KARACHI (Reuters) - Thousands of mourners crowded the funeral procession of a beloved Pakistani singer on Thursday, a day after he was gunned down in the port city of Karachi in an attack claimed by a faction of the Pakistani Taliban.
Amjad Sabri, 45, was one of South Asia’s most popular singers of the “qawwali”, Sufi devotional music that dates back more than 700 years.
Devotees thronged the ambulance carrying Sabri’s body to the funeral, blocking its progress.
Sabri’s death was the latest in a high-profile series of attacks in Karachi, a megacity of 20 million plagued by political, ethnic and sectarian violence.
Karachi’s murder rate has fallen sharply since 2013 after a crackdown by paramilitary Rangers, but new fears were stoked on Monday after the kidnapping of the son of Sindh High Court Chief Justice Sajjad Ali Shah.
Two days later, gunmen on a motorcycle shot at the windscreen of Sabri’s moving car in the congested Liaquatabad area of the southern city, and a relative traveling with him was wounded.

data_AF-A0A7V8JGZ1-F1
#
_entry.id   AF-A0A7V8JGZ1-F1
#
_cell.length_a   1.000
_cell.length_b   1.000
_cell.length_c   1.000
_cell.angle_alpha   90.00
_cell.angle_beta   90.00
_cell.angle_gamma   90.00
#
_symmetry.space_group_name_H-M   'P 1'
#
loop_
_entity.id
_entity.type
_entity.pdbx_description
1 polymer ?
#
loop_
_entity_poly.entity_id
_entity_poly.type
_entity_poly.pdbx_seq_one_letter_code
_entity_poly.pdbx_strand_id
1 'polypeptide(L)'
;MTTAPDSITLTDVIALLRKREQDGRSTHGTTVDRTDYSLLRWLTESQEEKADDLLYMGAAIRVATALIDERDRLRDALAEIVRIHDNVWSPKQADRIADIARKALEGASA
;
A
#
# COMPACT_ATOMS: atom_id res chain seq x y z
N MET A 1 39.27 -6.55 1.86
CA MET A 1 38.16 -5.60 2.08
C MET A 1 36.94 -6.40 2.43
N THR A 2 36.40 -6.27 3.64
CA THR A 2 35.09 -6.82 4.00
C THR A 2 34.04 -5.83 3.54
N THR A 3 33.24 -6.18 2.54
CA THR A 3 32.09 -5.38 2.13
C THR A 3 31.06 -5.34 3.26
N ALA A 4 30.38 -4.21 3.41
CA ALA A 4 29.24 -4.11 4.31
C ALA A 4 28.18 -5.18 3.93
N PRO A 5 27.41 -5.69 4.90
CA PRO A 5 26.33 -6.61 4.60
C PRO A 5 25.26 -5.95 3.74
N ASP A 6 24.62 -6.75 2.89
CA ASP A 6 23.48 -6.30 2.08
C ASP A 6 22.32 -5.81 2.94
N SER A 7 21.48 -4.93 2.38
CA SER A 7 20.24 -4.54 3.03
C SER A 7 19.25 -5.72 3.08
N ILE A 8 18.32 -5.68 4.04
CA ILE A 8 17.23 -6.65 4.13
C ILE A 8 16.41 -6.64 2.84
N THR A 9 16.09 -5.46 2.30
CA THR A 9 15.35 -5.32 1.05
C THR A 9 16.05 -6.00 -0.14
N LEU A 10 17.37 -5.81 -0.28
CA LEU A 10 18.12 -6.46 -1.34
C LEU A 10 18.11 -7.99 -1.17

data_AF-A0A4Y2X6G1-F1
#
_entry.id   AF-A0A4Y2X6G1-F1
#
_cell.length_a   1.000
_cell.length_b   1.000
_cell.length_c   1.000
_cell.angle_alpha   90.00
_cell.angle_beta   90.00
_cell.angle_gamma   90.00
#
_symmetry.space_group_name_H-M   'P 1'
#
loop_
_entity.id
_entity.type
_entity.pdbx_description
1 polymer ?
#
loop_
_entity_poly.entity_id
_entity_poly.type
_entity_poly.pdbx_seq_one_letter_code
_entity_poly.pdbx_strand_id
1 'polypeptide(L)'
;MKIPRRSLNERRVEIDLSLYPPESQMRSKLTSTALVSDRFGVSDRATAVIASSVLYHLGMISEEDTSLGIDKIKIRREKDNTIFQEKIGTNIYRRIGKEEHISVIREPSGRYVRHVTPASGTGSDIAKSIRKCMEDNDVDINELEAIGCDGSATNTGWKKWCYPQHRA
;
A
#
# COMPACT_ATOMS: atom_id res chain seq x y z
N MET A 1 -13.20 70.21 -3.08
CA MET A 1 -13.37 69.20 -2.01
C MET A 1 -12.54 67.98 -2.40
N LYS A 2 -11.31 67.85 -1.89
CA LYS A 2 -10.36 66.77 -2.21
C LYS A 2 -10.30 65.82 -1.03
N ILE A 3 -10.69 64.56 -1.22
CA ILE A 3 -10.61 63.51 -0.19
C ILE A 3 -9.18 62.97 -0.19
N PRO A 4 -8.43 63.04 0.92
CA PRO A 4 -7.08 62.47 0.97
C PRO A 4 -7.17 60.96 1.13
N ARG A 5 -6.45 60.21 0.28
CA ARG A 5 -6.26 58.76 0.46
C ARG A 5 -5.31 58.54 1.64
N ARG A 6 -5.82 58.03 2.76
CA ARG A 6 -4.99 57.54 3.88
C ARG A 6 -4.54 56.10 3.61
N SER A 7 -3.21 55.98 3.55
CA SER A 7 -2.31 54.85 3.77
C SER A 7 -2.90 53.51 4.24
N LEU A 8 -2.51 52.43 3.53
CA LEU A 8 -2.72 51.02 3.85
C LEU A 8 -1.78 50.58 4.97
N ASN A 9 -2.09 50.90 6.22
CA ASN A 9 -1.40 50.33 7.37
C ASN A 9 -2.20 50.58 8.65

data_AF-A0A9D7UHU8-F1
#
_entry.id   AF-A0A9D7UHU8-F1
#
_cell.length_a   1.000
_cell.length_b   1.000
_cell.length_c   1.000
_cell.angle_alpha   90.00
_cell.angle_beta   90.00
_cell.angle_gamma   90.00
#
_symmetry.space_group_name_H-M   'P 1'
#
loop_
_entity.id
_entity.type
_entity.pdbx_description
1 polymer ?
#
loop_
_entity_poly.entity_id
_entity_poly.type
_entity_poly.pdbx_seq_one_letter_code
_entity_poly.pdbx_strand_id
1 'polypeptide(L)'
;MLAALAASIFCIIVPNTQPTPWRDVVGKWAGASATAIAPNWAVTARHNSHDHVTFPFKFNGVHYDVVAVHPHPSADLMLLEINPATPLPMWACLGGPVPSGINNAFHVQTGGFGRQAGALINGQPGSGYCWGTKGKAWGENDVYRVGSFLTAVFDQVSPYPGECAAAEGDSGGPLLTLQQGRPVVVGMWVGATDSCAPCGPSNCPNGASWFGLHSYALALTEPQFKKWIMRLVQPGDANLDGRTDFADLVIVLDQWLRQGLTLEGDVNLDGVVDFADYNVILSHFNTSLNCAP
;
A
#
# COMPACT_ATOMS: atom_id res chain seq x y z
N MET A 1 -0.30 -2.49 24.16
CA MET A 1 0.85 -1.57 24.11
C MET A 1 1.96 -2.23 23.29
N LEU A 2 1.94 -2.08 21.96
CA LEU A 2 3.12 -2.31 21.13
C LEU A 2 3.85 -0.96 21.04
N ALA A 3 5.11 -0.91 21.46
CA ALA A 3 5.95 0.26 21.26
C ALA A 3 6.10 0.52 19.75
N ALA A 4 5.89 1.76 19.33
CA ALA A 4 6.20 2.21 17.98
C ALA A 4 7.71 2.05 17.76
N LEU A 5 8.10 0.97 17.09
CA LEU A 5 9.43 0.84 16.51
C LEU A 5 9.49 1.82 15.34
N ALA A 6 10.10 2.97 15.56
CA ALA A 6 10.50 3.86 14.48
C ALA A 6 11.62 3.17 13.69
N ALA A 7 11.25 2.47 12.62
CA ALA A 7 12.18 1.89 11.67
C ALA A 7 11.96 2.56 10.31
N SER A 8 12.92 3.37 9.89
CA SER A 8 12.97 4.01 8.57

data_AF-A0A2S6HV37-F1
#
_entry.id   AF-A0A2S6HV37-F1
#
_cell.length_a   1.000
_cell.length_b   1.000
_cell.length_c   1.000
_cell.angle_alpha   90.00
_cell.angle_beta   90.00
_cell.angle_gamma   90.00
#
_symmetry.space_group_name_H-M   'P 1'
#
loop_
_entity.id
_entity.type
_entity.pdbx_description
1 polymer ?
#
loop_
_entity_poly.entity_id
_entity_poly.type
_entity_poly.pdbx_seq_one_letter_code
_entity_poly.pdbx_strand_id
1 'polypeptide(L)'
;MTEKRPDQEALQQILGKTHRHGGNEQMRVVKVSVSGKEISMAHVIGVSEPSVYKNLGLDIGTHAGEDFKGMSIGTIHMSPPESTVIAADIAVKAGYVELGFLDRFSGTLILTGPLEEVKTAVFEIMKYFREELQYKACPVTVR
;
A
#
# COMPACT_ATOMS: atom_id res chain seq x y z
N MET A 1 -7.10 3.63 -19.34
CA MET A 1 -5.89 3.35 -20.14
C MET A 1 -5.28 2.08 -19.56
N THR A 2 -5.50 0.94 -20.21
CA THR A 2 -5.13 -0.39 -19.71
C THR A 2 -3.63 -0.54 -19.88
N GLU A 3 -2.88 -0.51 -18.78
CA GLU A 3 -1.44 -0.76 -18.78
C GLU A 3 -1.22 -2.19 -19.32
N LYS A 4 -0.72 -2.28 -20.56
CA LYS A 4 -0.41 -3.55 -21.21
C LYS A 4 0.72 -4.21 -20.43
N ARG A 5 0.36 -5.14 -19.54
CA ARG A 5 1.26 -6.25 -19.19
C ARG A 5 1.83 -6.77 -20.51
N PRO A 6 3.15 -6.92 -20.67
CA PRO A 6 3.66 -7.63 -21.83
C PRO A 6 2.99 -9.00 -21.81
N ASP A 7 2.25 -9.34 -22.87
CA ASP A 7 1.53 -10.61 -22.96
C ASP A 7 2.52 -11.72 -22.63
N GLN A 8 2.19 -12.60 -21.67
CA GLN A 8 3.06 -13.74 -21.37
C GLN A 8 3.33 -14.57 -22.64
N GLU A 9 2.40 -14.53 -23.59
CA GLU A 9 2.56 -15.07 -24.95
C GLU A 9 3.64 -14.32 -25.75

A spokesman for a branch of the Pakistani Taliban, Qari Saifullah Saif, claimed the killing late on Wednesday, saying it was in retaliation for a song that the hard-line group considers blasphemous.
In 2014, Sabri was caught up in a blasphemy case involving a Sufi song he had sung on a morning television show that mentioned religious figures in a way some deemed offensive.
Violence is common in Karachi despite a sharp decline in murders since the Pakistani military launched a crackdown two years ago against suspected militants and violent criminals.
In May, gunmen shot dead prominent Pakistani rights activist Khurram Zaki, known for his outspoken stance against the Taliban and other radical Islamist groups, in the central part of the city.
In April last year, prominent activist Sabeen Mahmud was shot and killed while traveling in her car.
Writing by Kay Johnson; Editing by Nick Macfie